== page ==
By Alliance President, Barbara Finamore. Via NRDC Switchboard Blog
As mentioned in a post on Carbon Pulse, China’s climate pledge will require the country to make very significant changes to its emissions trajectory – including adding non-fossil power equivalent to the entire U.S. power generating capacity by 2030. When you compare China’s growth trajectory against that of developed countries, how does it compare?
Li Junfeng, Director General of the National Center of Climate Change Strategy Research and Deputy Director of the Energy Research Institute at China’s National Development and Reform Commission, has provided a helpful comparison of China’s climate pledge and that of leading developed countries. He concludes that China is making significant contributions comparable to that of developed countries, based on a number of indicators we’ll discuss below.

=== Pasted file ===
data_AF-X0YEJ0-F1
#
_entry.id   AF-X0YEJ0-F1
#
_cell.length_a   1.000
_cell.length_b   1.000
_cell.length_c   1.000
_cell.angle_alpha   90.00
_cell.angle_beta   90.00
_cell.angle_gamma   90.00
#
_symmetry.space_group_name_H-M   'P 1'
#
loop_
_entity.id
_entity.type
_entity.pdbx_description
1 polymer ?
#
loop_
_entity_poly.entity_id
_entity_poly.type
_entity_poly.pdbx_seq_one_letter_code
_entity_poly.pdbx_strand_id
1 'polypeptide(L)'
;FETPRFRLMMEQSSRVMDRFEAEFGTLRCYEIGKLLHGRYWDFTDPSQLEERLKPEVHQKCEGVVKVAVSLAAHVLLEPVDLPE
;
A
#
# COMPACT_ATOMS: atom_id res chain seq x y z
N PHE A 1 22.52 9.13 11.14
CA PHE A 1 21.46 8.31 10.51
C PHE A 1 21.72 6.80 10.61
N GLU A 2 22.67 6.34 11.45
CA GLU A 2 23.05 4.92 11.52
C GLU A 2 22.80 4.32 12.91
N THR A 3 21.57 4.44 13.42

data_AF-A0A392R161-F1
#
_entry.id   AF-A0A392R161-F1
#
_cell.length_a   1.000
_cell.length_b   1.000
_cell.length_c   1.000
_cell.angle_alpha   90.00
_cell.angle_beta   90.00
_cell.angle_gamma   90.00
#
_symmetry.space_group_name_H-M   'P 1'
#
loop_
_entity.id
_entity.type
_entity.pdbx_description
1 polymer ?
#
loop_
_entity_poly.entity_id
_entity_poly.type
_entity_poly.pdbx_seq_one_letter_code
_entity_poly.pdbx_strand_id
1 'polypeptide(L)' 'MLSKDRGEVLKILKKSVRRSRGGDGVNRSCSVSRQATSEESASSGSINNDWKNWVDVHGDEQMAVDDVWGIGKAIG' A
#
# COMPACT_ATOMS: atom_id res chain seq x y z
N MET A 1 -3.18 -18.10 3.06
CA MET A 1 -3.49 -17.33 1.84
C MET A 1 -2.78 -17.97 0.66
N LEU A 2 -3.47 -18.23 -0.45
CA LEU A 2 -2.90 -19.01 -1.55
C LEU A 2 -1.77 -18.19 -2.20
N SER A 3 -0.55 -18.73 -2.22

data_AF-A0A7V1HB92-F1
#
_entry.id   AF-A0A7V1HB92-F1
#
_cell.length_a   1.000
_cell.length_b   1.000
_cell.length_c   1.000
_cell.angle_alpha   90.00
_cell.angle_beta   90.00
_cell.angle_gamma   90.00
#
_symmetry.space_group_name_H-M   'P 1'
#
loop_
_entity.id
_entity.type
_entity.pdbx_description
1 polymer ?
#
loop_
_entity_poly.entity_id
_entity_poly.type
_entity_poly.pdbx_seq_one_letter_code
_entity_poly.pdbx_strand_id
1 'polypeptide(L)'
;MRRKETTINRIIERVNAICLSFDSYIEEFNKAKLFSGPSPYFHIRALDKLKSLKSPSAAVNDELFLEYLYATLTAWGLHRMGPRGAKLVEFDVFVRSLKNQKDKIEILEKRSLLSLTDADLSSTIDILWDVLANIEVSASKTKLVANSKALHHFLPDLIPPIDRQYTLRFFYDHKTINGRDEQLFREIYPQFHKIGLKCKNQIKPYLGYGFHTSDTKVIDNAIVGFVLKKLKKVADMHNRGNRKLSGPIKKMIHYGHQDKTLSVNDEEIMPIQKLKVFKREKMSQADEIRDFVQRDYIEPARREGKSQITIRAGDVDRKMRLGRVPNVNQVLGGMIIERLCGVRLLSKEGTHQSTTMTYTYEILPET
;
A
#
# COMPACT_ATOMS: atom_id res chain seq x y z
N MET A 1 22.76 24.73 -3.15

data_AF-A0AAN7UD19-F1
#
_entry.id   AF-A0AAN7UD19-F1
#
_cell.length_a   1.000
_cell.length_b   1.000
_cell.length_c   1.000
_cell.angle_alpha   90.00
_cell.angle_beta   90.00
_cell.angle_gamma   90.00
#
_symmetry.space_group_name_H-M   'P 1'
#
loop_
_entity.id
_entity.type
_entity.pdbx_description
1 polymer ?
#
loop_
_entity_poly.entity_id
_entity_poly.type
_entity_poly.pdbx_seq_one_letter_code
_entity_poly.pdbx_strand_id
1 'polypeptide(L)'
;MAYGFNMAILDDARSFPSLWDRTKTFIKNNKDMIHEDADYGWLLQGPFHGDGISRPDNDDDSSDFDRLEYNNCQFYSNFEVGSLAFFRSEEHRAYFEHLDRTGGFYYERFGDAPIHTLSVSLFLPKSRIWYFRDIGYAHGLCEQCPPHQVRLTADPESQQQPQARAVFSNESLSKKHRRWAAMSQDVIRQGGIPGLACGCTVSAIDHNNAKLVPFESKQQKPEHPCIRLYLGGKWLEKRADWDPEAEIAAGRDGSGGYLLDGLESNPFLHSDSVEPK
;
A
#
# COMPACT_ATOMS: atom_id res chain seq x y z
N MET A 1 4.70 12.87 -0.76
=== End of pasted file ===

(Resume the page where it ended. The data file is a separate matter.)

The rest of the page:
Comparing peak years, China’s emissions would peak at a much lower GDP per capita than that of developed countries
China committed to peak its emission by 2030, when its GDP per capita will be at about $10,000 in 2005 dollars. The United States peaked when its GDP per capita was at about $40,000. The EU peaked when its GDP per capita was at about $20,000. While some other developed countries still haven’t peaked at $50,000.
Comparing the peak value per capita, China has a lower emissions per capita
Based on current projections, China’s emissions per capita when it peaks will be no more than 10 tons GHG per capita. The U.S. peaked at 19.5 tons GHG per capita, while Germany peaked at 14.1 tons GHG per capita and the UK peaked at 11.3 tons GHG per capita.